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Hadoop File System

Basic Features: HDFS


Highly fault-tolerant
High throughput
Suitable for applications with large data sets
Streaming access to file system data
Can be built out of commodity hardware

Fault tolerance:
Failure is the norm rather than exception
A HDFS instance may consist of thousands of server machines, each storing
part of the file systems data.
Since we have huge number of components and that each component has
non-trivial probability of failure means that there is always some
component that is non-functional.
Detection of faults and quick, automatic recovery from them is a core
architectural goal of HDFS.

Data Characteristics:
Streaming data access
Applications need streaming access to data
Batch processing rather than interactive user access.
Large data sets and files: gigabytes to terabytes size
High aggregate data bandwidth
Scale to hundreds of nodes in a cluster
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Hadoop File System


Tens of millions of files in a single instance
Write-once-read-many: a file once created, written and closed need not be
changed this assumption simplifies coherency
A map-reduce application or web-crawler application fits perfectly with this
model.

MapReduce:

Namenode and Datanodes:


Master/slave architecture
HDFS cluster consists of a single Namenode, a master server that manages
the file system namespace and regulates access to files by clients.
There are a number of DataNodes usually one per node in a cluster.
The DataNodes manage storage attached to the nodes that they run on.
HDFS exposes a file system namespace and allows user data to be stored in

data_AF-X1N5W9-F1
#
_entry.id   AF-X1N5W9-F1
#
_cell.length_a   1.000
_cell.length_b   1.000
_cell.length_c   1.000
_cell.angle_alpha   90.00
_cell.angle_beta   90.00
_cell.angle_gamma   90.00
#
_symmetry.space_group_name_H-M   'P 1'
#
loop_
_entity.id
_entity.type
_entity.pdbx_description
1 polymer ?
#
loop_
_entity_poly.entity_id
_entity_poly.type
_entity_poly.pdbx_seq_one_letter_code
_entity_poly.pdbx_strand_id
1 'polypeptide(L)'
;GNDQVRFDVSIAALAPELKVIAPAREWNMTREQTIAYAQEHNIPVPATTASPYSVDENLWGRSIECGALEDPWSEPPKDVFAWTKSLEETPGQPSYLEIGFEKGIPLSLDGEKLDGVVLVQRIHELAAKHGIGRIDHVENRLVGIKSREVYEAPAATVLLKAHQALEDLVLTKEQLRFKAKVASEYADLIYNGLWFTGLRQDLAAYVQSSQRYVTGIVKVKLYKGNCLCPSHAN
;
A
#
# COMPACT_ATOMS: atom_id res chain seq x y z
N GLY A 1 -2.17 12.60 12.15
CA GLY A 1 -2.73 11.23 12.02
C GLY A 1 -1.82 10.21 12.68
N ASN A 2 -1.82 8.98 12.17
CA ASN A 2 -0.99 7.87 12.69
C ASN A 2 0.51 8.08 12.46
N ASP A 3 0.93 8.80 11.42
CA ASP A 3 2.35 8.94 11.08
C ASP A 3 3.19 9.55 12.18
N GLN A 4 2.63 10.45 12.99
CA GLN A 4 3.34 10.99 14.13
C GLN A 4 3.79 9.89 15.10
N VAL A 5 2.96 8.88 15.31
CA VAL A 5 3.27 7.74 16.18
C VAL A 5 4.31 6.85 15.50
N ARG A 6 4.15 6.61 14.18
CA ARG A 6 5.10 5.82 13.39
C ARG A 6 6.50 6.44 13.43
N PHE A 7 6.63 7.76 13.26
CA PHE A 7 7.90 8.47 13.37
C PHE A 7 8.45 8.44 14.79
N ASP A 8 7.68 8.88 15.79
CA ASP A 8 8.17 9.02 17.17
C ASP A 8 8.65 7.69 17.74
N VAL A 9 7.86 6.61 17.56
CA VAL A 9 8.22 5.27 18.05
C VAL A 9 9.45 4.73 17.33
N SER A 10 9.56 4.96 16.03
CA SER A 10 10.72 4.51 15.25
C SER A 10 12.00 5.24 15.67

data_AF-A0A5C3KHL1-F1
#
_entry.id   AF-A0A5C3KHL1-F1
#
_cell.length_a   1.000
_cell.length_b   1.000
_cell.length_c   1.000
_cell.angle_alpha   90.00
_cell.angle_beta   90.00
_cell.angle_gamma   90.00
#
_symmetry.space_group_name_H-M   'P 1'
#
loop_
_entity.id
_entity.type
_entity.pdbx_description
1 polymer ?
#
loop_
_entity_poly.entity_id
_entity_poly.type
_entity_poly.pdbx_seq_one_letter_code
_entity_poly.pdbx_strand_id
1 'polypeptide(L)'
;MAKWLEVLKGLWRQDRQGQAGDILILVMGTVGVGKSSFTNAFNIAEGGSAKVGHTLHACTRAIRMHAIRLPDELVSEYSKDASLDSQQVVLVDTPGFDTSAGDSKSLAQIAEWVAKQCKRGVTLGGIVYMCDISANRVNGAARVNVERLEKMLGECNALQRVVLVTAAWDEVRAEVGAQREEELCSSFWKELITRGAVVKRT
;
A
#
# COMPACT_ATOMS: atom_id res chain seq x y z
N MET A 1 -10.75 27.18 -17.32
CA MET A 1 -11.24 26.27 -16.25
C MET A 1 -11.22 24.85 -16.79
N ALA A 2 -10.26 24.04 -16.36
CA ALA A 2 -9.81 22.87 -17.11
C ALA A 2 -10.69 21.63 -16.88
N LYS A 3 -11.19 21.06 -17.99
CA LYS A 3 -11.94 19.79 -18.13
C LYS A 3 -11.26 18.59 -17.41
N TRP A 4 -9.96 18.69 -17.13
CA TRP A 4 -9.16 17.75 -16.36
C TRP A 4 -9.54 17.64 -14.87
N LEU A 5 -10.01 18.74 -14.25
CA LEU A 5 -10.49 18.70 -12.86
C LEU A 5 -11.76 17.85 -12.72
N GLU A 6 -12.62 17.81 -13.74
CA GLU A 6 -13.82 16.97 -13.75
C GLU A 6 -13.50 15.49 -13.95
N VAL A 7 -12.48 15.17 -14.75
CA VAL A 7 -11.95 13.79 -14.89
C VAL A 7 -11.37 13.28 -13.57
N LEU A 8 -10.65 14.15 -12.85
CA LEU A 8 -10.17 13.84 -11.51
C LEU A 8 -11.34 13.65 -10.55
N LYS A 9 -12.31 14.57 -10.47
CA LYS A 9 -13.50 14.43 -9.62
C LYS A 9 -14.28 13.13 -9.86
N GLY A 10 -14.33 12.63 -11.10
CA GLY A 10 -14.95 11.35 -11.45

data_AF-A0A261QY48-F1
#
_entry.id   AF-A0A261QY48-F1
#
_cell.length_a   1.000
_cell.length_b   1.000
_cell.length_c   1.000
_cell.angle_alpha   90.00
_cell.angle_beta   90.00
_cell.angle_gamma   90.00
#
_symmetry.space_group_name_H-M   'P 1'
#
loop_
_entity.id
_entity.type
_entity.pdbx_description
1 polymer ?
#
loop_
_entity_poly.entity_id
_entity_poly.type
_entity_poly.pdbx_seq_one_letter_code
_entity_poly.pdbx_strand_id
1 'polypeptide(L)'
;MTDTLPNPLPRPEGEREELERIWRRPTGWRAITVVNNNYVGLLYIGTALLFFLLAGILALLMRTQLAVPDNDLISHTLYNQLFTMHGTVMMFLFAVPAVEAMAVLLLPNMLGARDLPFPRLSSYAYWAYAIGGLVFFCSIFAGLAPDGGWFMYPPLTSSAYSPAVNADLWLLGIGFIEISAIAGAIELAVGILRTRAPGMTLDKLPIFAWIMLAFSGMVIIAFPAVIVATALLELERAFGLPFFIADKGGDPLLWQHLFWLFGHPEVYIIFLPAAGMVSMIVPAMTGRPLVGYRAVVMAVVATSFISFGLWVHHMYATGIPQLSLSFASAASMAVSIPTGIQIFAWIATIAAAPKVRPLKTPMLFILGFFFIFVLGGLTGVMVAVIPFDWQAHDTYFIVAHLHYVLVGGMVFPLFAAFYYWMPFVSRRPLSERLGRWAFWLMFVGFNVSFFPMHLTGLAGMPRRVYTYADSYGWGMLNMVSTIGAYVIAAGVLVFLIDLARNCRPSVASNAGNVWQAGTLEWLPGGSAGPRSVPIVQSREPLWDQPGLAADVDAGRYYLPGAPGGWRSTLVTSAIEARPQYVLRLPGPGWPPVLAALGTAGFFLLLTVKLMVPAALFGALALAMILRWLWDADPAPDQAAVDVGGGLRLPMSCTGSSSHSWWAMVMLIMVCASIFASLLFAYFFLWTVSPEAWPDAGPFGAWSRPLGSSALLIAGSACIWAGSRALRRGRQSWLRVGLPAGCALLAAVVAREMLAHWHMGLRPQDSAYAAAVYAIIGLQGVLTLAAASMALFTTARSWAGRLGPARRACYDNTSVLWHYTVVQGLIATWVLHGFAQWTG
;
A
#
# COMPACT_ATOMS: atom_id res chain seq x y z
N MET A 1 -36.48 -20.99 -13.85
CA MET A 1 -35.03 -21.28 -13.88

files.
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Hadoop File System


A file is split into one or more blocks and set of blocks are stored in
DataNodes.

DataNodes: serves read, write requests, performs block creation, deletion, and
replication upon instruction from Namenode.

HDFS Architecture:

File system Namespace:


Hierarchical file system with directories and files
Create, remove, move, rename etc.
Namenode maintains the file system
Any meta information changes to the file system recorded by the
Namenode.
An application can specify the number of replicas of the file needed:
replication factor of the file. This information is stored in the Namenode.
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Hadoop File System


Data Replication:
HDFS is designed to store very large files across machines in a large cluster.
Each file is a sequence of blocks.
All blocks in the file except the last are of the same size.
Blocks are replicated for fault tolerance.
Block size and replicas are configurable per file.
The Namenode receives a Heartbeat and a BlockReport from each
DataNode in the cluster.
BlockReport contains all the blocks on a Datanode.

Replica Placement:
The placement of the replicas is critical to HDFS reliability and
performance.
Optimizing replica placement distinguishes HDFS from other distributed
file systems.

Rack-aware replica placement:


Goal: improve reliability, availability and network bandwidth
utilization
Research topic
Many racks, communication between racks are through switches.
Network bandwidth between machines on the same rack is greater than
those in different racks.
Namenode determines the rack id for each DataNode.
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Hadoop File System


Replicas are typically placed on unique racks
Simple but non-optimal
Writes are expensive
Replication factor is 3
Another research topic?
Replicas are placed: one on a node in a local rack, one on a different node
in the local rack and one on a node in a different rack.
1/3 of the replica on a node, 2/3 on a rack and 1/3 distributed evenly across
remaining racks.

Replica Selection:
Replica selection for READ operation: HDFS tries to minimize the bandwidth
consumption and latency.
If there is a replica on the Reader node then that is preferred.
HDFS cluster may span multiple data centers: replica in the local data
center is preferred over the remote one.

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